David Nace, vice president of Wickersham Construction & Engineering Co., described first hand the adverse affect forced unionism had on people and how he had to leave western Pennsylvania for Lancaster County to find an entry level job as a young man.

Jennifer Stefano, state director of Americans for Prosperity, joined the criticism of Corbett for his lack of political will.

“You don’t build monuments to committees,” she said.

She explained how political will caused public sentiment to change in Michigan for a right to work law, and itemized examples of violence by local unions.

 

Right To Work Program Unveiled In Pa.

 

House Committee To Examine Corbett Lottery Plan

The House Aging and Older Adult Services Committee will hold  informational meetings about the Corbett administration’s plan to privatize management of the Pennsylvania Lottery, today, Jan. 22, and tomorrow at the state Capitol, says State Rep. Jim Cox (R-129).

The Corbett administration recently took steps to execute a management agreement with Camelot Global Services PA, which would act as a private manager of the lottery for 20 years. Camelot guaranteed the state $34.6 billion in profit over the two decades of the contract. The contract is subject to review and approval of the Office of Attorney General.

Lawmakers intend to examine how Camelot will generate the additional revenue and what protections will be in place if it should fail to do so.

Pennsylvania’s lottery, established in 1971, is the only one in the nation whose proceeds exclusively benefit senior programs, including low-cost prescription drugs, property tax/rent rebates and long-term living services.

To view a live web stream of the meetings, visit www.pahousegop.com.

Cryptowit

By William W. Lawrence Sr

Answer to yesterday’s puzzle: If you love wealth more than liberty, the tranquility of servitude better than the animating contest of freedom, depart from us in peace. We ask not your counsel nor your arms. Crouch down and lick the hand that feeds you. May your chains rest lightly upon you and may posterity forget that you were our countrymen.
Sam Adams

Modern ‘Journalism’ Or How Obama Got Re-elected

CNN anchor Tom Foreman has revealed that he has written a letter to Barack Obama every day during his first term.

That’s 1,460 letters or a half-million words as per his own claims. Brad Pitt’s most infatuated fan could not that pace up.

You really think Foreman would have reported relevant information to his
viewers that might have shined a not-so-good light on Obama?

In his own words: Along the way it occurred to me that being president is probably much
harder than most of us suppose. After all, if it is this exhausting just
thinking about the job, imagine what it is like actually punching the
Oval Office clock. Truthfully, I offered very little advice. More often I
presented general notions about how one approaches problems; the same
notions I would pass on to anyone in any position who faces daily
challenges.

I think it’s safe to say that Foreman is not the kind of guy willing to follow a story to wherever it leads and report the truth even if it hurts. So much for being a watchdog.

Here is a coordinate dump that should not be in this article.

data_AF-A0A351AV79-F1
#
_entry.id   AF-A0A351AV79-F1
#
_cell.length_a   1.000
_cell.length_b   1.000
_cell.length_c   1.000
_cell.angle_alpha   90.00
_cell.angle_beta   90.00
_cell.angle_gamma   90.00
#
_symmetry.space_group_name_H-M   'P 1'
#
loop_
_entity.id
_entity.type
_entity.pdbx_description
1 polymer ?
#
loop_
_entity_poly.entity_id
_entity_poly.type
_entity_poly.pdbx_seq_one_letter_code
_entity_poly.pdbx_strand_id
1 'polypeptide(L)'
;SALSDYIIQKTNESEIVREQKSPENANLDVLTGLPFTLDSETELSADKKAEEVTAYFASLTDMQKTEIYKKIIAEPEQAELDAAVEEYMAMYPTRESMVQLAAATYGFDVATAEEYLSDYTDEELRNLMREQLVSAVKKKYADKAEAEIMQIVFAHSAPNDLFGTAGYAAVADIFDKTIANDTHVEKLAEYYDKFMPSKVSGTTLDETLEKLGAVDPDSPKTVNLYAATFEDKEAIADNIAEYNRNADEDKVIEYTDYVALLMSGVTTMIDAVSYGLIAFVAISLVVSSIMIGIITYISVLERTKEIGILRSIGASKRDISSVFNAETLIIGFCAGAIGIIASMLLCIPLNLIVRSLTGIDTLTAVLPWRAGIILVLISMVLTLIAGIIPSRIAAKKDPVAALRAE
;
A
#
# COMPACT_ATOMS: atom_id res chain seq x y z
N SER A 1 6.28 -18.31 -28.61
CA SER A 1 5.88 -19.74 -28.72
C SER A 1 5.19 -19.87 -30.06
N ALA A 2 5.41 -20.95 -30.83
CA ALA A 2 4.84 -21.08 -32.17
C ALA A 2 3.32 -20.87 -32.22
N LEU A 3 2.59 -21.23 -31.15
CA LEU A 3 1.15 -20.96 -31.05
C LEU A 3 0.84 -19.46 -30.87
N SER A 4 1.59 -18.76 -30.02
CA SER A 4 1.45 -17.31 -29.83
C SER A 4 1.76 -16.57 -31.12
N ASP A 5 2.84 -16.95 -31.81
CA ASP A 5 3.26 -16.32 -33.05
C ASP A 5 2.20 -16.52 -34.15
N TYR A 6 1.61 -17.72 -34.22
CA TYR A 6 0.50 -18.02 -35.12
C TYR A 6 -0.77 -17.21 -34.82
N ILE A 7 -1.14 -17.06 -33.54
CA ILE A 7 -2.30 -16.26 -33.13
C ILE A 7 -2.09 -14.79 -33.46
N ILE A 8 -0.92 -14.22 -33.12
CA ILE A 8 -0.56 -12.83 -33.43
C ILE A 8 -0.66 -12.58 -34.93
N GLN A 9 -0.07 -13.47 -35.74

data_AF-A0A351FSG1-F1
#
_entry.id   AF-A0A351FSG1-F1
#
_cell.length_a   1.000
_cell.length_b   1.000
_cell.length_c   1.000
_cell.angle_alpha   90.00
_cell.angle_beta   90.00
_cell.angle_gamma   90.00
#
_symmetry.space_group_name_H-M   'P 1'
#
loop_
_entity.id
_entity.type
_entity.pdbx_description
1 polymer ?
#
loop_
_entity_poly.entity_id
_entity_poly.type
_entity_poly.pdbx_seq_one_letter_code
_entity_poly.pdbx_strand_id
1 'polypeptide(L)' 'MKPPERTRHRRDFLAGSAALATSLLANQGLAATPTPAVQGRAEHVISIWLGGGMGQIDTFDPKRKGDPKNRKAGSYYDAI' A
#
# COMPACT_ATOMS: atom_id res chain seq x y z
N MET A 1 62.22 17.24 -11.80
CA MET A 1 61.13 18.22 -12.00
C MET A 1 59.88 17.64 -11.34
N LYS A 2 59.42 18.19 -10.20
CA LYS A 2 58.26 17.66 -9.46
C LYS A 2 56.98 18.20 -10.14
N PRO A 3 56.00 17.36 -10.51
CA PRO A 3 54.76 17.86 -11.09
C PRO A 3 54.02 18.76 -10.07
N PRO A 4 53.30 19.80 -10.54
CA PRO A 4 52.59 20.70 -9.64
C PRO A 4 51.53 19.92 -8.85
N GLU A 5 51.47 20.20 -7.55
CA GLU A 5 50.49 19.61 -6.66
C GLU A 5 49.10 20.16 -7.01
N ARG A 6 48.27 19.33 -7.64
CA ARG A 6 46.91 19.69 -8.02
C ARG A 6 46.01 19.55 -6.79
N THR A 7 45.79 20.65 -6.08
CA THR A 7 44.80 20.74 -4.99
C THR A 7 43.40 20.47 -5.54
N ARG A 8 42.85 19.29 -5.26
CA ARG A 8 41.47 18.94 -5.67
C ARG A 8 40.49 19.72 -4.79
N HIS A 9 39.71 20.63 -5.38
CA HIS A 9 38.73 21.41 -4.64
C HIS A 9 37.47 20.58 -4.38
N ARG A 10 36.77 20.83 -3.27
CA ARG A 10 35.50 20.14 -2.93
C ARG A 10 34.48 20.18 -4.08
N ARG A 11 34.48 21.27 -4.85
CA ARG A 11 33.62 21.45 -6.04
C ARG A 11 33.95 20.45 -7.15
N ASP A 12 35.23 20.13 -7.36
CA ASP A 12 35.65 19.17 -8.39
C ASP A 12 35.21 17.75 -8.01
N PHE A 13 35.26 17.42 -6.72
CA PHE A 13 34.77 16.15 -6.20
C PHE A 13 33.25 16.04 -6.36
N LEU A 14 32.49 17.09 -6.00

The sad thing is guys and gals like Foreman are the norm in the old media and people still trust them.

Hat tip Rick Moran at PJMedia.com

Hearings On Child Protection Recommendations

Members of the House Children and Youth Committee and the House Judiciary Committee will conduct a joint hearing on the recommendations issued by the Child Protection Task Force 10 a.m., tomorrow, Jan.  22, at the Capitol, says state Rep. Jim Cox (R-129).

A year ago, the Pennsylvania General Assembly established the Task Force on Child Protection to conduct a comprehensive review of the laws and procedures relating to the reporting of child abuse and the protection of the health and safety of children following the Jerry Sandusky child sex abuse case. The task force issued its recommendations at the end of November.

Read the recommendations of the Child Protection Task Force here.

Cryptowit

By William W. Lawrence Sr

Xu ndj adkt ltpaiw bdgt iwpc axqtgin, iwt igpcfjxaxin du htgkxijst qtiitg iwpc iwt pcxbpixcv rdcithi du ugttsdb, stepgi ugdb jh xc etprt. Lt phz cdi ndjg rdjchta cdg ndjg pgbh. Rgdjrw sdlc pcs axrz iwt wpcs iwpi uttsh ndj. Bpn ndjg rwpxch gthi axvwian jedc ndj pcs bpn edhitgxin udgvti iwpi ndj ltgt djg rdjcignbtc.
Hpb Pspbh

Answer to yesterday’s puzzle: This is why I weep and my eyes overflow with tears.
No one is near to comfort me, no one to restore my spirit.
My children are destitute because the enemy has prevailed.
Lamentations

Cryptowit

By William W. Lawrence Sr

Guvf vf jul V jrrc naq zl rlrf biresybj jvgu grnef.
Ab bar vf arne gb pbzsbeg zr, ab bar gb erfgber zl fcvevg.
Zl puvyqera ner qrfgvghgr orpnhfr gur rarzl unf cerinvyrq.
Ynzragngvbaf

Answer to yesterday’s puzzle: You are safer alone in a room with a sane man with a 50 caliber machine gun than with Hannibal Lecter and a small shard of glass.
Richard Fernandez

After Watching Silver Linings Playbook

Things to do after watching Silver Linings Playbook:

1. Order Raisin Bran at the Llanerch Diner, which, btw, is $2.20.

2. Check out the Eagles 2008 season to see how well it jives with the film. It’s a perfect match it seems.

Things not to do:

1. Walk from the Llanerch Diner to the Lansdowne Theater.

2. Expect to see a Ridley Park cop patrolling the neighborhood.

Things To Do After Watching Silver Linings Playbook

 

Things To Do After Watching Silver Linings Playbook